NotesFAQContact Us
Search Tips
Peer reviewed Peer reviewed
Direct linkDirect link
ERIC Number: EJ1118073
Record Type: Journal
Publication Date: 2017
Pages: 15
Abstractor: As Provided
ISSN: ISSN-1361-3324
White Historical Activity Theory: Toward a Critical Understanding of White Zones of Proximal Development
Leonardo, Zeus; Manning, Logan
Race, Ethnicity and Education, v20 n1 p15-29 2017
Best known for arguing that individual development is part of social and historical development Vygotsky's entry into education may be captured by his concept of the "zone of proximal development" (ZPD). ZPD has not yet been synthesized with a critical study of whiteness. When ZPD is used to explain racial disparities in the service of inclusion, it is usually connected with the lives of people of color. This leaves out a critical understanding of racially dominant experiences, or whiteness. This article argues that a progressive union between Vygotsky and the field of race studies generally, Whiteness Studies specifically, benefits educators insofar as the concept of ZPD is applied to the particular ideological development of white identity. Likewise, Whiteness Studies gains an explanatory framework to account for the cognitive development of the dominant racial group, in short, a learning theory of whiteness. A Whiteness Studies intervention within Vygotskian theory pushes the limits of developmental theory when it analyzes the contours of a white ZPD. When racialized to consider whiteness, certain terms and concepts, such as Vygotsky's genotypic and phenotypic analyses, take on a different significance, even different meanings. As a racially sensitive framework, particularly within a US-based understanding, Vygotskian theory is limited without critical attention to the development of white identity and whiteness as an ideology. By focusing on this nexus, Vygotskian theory fulfills part of its historical mission as a concrete study of cultural relations.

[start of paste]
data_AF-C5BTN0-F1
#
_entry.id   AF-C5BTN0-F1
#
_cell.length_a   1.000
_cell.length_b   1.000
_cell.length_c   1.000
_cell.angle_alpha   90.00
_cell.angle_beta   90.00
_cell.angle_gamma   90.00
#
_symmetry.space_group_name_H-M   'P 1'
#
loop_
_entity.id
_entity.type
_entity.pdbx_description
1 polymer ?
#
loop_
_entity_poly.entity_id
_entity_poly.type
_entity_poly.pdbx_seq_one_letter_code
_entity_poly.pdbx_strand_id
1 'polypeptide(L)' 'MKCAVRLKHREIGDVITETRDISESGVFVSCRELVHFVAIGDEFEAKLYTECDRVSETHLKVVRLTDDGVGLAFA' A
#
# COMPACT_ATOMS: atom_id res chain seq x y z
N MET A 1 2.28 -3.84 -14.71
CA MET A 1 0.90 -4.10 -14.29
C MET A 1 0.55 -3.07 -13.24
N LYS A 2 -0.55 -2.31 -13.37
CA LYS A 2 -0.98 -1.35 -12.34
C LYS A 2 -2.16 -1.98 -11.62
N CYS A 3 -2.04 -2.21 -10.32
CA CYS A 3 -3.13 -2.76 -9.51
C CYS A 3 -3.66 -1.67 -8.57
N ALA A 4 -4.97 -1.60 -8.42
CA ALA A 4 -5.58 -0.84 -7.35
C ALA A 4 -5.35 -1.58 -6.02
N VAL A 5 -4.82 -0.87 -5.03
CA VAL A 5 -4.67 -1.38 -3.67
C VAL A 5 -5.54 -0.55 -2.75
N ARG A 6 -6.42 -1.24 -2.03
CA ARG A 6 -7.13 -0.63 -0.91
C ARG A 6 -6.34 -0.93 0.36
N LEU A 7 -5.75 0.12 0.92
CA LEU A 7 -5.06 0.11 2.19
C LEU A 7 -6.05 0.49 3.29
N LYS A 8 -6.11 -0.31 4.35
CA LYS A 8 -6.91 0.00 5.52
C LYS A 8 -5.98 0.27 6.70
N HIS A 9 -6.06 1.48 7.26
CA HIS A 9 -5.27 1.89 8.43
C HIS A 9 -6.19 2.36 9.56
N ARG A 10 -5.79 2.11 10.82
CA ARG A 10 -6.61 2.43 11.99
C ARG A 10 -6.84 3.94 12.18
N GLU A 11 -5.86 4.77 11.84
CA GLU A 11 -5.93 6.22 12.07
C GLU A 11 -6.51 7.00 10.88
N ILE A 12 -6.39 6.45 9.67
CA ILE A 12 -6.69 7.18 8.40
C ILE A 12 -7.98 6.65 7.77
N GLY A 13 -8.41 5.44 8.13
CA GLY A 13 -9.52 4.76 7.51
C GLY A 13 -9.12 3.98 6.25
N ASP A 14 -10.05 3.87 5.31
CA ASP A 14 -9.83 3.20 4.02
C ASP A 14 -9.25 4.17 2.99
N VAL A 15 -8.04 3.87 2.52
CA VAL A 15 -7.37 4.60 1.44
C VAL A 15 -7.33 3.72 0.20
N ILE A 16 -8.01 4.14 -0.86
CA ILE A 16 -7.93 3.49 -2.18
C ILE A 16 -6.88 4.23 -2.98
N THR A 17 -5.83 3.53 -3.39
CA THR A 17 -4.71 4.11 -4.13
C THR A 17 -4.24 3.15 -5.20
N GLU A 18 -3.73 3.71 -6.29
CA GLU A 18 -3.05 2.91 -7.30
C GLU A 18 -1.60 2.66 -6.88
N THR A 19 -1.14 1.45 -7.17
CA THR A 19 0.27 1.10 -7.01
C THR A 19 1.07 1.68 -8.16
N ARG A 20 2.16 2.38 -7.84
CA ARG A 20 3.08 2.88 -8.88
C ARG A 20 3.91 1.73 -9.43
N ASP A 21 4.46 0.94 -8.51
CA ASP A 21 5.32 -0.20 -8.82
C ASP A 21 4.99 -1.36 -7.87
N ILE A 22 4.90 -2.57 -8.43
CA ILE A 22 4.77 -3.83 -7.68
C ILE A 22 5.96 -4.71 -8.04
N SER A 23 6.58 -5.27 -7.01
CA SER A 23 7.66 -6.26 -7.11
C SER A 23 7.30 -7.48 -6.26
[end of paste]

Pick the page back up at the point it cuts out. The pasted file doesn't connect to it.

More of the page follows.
Routledge. Available from: Taylor & Francis, Ltd. 325 Chestnut Street Suite 800, Philadelphia, PA 19106. Tel: 800-354-1420; Fax: 215-625-2940; Web site:
Publication Type: Journal Articles; Reports - Research
Education Level: N/A
Audience: N/A
Language: English
Sponsor: N/A
Authoring Institution: N/A
Grant or Contract Numbers: N/A